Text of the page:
Friday, August 16, 2013


For God, who said, “Let light shine out of darkness,” made his light shine in our hearts to give us the light of the knowledge of God’s glory displayed in the face of Christ. But we have this treasure in jars of clay to show that this all-surpassing power is from God and not from us.”
-2 Corinthians 4:6-7 (NIV)

Jean Preston, by all accounts, lived exactly the kind of life you might expect an English librarian to live. She never owned a car, and took the bus everywhere she went – which was mostly to work. She lived on frozen dinners and bought all of her clothes from mail-order catlogs. She never married, and lived out her life frugally in a very ordinary red-brick house in a terraced row in Oxford. When she died in 2006, at the age of 77, she left behind a few relatives who wouldn’t have thought that there was anything at all out of the ordinary about “Aunt Jean.”
   They would have been wrong, of course. Jean Preston’s ordinary little house contained some very extraordinary treasures. Art experts and auctioneers have recently completed the cataloging and sale of a cache of the numerous works of art Jean had hoarded in her home literally all her life. The auctions made a total of nearly $8 million dollars – around twenty times the value of the little house in which her collection was stored.
    Among her treasures were two paintings by the fifteenth-century Italian Renaissance master Fra Angelico which turned out to be the long-missing and assumed-lost pieces of an eight-part altar decoration. They were propped behind the bedroom door, and the art experts only noticed them on the way out.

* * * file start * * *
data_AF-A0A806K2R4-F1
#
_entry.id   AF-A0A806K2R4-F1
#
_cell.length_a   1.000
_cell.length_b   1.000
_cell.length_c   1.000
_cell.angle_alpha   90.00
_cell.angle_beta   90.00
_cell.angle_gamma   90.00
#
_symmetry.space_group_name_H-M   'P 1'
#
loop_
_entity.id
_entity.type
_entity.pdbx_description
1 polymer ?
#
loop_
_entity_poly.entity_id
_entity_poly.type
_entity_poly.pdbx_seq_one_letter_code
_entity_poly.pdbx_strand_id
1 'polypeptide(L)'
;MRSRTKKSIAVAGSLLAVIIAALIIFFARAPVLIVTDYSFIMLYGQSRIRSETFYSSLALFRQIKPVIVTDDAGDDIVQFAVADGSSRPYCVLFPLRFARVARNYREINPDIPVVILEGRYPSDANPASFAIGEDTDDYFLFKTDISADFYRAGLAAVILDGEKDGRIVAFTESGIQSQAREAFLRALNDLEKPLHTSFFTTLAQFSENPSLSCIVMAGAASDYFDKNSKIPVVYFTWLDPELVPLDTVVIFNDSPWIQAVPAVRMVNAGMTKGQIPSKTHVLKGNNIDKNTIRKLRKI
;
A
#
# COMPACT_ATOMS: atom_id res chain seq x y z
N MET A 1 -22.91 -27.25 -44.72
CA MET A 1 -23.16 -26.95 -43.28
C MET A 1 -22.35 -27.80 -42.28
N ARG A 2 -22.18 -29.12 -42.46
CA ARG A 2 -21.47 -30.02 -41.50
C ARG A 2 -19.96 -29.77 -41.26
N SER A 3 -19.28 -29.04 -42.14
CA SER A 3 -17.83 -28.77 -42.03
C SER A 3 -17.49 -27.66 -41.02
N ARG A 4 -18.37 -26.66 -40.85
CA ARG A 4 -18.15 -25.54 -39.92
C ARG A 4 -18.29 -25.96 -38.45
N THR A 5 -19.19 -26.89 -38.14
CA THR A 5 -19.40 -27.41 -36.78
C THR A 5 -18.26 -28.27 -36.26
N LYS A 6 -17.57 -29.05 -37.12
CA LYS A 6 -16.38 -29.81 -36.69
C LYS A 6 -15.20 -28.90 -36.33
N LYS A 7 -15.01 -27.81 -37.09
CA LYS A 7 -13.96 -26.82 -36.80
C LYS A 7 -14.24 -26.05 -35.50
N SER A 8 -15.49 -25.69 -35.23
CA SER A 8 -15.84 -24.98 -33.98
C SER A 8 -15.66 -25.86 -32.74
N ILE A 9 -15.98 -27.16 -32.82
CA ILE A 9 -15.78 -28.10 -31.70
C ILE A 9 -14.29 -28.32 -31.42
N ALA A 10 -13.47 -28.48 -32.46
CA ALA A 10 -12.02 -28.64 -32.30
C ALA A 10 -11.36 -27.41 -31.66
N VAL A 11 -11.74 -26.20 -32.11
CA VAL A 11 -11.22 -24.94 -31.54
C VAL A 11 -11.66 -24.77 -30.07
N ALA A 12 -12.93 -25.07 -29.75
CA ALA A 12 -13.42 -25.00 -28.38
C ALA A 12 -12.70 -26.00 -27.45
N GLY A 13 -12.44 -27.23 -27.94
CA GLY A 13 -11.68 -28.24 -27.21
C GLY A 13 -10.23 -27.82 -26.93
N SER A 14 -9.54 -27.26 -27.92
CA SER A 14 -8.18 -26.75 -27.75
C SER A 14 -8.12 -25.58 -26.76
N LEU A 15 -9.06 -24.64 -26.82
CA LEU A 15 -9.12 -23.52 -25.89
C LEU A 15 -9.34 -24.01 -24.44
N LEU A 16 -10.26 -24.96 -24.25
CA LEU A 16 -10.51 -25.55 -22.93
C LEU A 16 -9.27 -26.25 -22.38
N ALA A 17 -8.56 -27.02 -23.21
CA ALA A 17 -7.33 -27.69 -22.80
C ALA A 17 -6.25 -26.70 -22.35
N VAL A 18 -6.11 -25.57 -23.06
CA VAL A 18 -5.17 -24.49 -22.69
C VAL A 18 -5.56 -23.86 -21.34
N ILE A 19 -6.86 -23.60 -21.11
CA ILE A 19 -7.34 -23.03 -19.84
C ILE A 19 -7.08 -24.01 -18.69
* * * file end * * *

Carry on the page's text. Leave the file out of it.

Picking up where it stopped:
In the kitchen hung a nineteenth-century watercolor by Dante Gabriel Rossetti. In the sitting room, above and electric fireplace, hung a work by Sir Edward Burne-Jones. Buried in a wardrobe, presumably because it was too big to fit on Jean’s bookcase, was a rare edition of the works of Chaucer.
    “We often go to fabulous homes to evaluate artworks, but in this case the house was just so modest from the outside, and had very modest decor on the inside too,” said Guy Schwinge of Dukes art auctioneers, which helped with the sale. “It's just rare to stumble across something quite so breathtaking.”
    I like that story, don’t you? I think it’s because there’s something about a treasure hidden in the unlikeliest of places that fires the imagination, that makes you want to knock holes in the walls of your basement or tear up the floorboards of your attic. (Or at least the walls and floorboards of a relative….) The attraction of the story is in the ordinariness of its protagonist. If Jean Preston’s unassuming little house could hide such treasure, well, there could be treasure anywhere. The most ordinary—seeming places could conceal the most priceless of valuables.
    There’s another story of hidden treasure in ordinary places that makes the same point. We call it the gospel.